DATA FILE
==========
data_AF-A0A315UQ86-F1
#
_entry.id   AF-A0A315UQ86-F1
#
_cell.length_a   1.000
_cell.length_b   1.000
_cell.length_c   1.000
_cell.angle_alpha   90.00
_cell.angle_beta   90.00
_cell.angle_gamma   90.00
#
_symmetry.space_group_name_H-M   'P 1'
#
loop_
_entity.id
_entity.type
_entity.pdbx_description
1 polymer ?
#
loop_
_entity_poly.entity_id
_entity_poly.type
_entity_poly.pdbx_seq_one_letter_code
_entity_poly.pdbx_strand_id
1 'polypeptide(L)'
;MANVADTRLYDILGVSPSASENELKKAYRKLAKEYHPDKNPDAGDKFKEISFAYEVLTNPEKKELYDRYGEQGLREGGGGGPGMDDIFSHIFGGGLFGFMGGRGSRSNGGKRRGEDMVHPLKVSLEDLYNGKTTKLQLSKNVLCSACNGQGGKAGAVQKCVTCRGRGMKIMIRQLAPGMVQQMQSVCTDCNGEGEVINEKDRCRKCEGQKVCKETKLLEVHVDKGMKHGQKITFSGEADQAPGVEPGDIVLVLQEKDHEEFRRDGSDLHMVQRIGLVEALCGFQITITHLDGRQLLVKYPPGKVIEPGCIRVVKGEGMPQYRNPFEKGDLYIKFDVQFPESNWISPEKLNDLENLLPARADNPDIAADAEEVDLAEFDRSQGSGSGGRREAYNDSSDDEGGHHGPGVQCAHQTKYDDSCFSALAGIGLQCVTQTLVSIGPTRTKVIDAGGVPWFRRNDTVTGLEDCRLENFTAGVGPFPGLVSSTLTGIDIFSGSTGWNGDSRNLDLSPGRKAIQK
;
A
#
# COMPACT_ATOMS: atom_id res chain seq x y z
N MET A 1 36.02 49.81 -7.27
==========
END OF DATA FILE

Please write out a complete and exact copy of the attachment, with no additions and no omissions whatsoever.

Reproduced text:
data_AF-A0A315UQ86-F1
#
_entry.id   AF-A0A315UQ86-F1
#
_cell.length_a   1.000
_cell.length_b   1.000
_cell.length_c   1.000
_cell.angle_alpha   90.00
_cell.angle_beta   90.00
_cell.angle_gamma   90.00
#
_symmetry.space_group_name_H-M   'P 1'
#
loop_
_entity.id
_entity.type
_entity.pdbx_description
1 polymer ?
#
loop_
_entity_poly.entity_id
_entity_poly.type
_entity_poly.pdbx_seq_one_letter_code
_entity_poly.pdbx_strand_id
1 'polypeptide(L)'
;MANVADTRLYDILGVSPSASENELKKAYRKLAKEYHPDKNPDAGDKFKEISFAYEVLTNPEKKELYDRYGEQGLREGGGGGPGMDDIFSHIFGGGLFGFMGGRGSRSNGGKRRGEDMVHPLKVSLEDLYNGKTTKLQLSKNVLCSACNGQGGKAGAVQKCVTCRGRGMKIMIRQLAPGMVQQMQSVCTDCNGEGEVINEKDRCRKCEGQKVCKETKLLEVHVDKGMKHGQKITFSGEADQAPGVEPGDIVLVLQEKDHEEFRRDGSDLHMVQRIGLVEALCGFQITITHLDGRQLLVKYPPGKVIEPGCIRVVKGEGMPQYRNPFEKGDLYIKFDVQFPESNWISPEKLNDLENLLPARADNPDIAADAEEVDLAEFDRSQGSGSGGRREAYNDSSDDEGGHHGPGVQCAHQTKYDDSCFSALAGIGLQCVTQTLVSIGPTRTKVIDAGGVPWFRRNDTVTGLEDCRLENFTAGVGPFPGLVSSTLTGIDIFSGSTGWNGDSRNLDLSPGRKAIQK
;
A
#
# COMPACT_ATOMS: atom_id res chain seq x y z
N MET A 1 36.02 49.81 -7.27